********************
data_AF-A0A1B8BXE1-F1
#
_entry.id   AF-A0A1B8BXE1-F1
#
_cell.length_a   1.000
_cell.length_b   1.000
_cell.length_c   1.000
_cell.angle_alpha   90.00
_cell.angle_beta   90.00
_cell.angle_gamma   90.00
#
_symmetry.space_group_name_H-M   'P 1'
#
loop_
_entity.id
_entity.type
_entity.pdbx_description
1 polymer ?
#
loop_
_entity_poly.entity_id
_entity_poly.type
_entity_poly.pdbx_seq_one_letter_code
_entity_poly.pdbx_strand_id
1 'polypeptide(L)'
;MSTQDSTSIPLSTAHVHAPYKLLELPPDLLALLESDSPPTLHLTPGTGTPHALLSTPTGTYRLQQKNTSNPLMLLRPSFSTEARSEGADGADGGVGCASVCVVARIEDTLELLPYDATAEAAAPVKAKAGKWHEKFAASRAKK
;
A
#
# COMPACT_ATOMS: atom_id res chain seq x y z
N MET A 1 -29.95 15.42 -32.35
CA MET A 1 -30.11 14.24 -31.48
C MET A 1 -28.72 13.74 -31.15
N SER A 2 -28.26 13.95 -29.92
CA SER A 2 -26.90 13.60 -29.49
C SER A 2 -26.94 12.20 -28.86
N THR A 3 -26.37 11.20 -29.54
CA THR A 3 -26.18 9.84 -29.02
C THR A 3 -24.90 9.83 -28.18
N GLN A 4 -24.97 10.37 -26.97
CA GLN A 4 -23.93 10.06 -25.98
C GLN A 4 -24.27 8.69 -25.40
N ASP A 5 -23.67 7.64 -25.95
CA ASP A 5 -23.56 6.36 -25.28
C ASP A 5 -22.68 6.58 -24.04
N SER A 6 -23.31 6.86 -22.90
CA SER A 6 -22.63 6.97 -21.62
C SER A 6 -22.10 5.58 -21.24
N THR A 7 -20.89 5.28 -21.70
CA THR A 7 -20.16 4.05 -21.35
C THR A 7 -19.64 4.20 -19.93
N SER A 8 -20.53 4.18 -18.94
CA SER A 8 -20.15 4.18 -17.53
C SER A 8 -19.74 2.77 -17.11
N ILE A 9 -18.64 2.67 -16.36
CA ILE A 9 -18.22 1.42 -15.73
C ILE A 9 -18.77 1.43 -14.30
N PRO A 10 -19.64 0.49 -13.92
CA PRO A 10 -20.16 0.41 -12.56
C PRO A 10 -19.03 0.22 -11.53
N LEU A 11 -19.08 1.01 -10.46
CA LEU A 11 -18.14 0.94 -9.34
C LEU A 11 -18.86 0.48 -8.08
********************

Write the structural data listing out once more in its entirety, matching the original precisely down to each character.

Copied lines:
data_AF-A0A1B8BXE1-F1
#
_entry.id   AF-A0A1B8BXE1-F1
#
_cell.length_a   1.000
_cell.length_b   1.000
_cell.length_c   1.000
_cell.angle_alpha   90.00
_cell.angle_beta   90.00
_cell.angle_gamma   90.00
#
_symmetry.space_group_name_H-M   'P 1'
#
loop_
_entity.id
_entity.type
_entity.pdbx_description
1 polymer ?
#
loop_
_entity_poly.entity_id
_entity_poly.type
_entity_poly.pdbx_seq_one_letter_code
_entity_poly.pdbx_strand_id
1 'polypeptide(L)'
;MSTQDSTSIPLSTAHVHAPYKLLELPPDLLALLESDSPPTLHLTPGTGTPHALLSTPTGTYRLQQKNTSNPLMLLRPSFSTEARSEGADGADGGVGCASVCVVARIEDTLELLPYDATAEAAAPVKAKAGKWHEKFAASRAKK
;
A
#
# COMPACT_ATOMS: atom_id res chain seq x y z
N MET A 1 -29.95 15.42 -32.35
CA MET A 1 -30.11 14.24 -31.48
C MET A 1 -28.72 13.74 -31.15
N SER A 2 -28.26 13.95 -29.92
CA SER A 2 -26.90 13.60 -29.49
C SER A 2 -26.94 12.20 -28.86
N THR A 3 -26.37 11.20 -29.54
CA THR A 3 -26.18 9.84 -29.02
C THR A 3 -24.90 9.83 -28.18
N GLN A 4 -24.97 10.37 -26.97
CA GLN A 4 -23.93 10.06 -25.98
C GLN A 4 -24.27 8.69 -25.40
N ASP A 5 -23.67 7.64 -25.95
CA ASP A 5 -23.56 6.36 -25.28
C ASP A 5 -22.68 6.58 -24.04
N SER A 6 -23.31 6.86 -22.90
CA SER A 6 -22.63 6.97 -21.62
C SER A 6 -22.10 5.58 -21.24
N THR A 7 -20.89 5.28 -21.70
CA THR A 7 -20.16 4.05 -21.35
C THR A 7 -19.64 4.20 -19.93
N SER A 8 -20.53 4.18 -18.94
CA SER A 8 -20.15 4.18 -17.53
C SER A 8 -19.74 2.77 -17.11
N ILE A 9 -18.64 2.67 -16.36
CA ILE A 9 -18.22 1.42 -15.73
C ILE A 9 -18.77 1.43 -14.30
N PRO A 10 -19.64 0.49 -13.92
CA PRO A 10 -20.16 0.41 -12.56
C PRO A 10 -19.03 0.22 -11.53
N LEU A 11 -19.08 1.01 -10.46
CA LEU A 11 -18.14 0.94 -9.34
C LEU A 11 -18.86 0.48 -8.08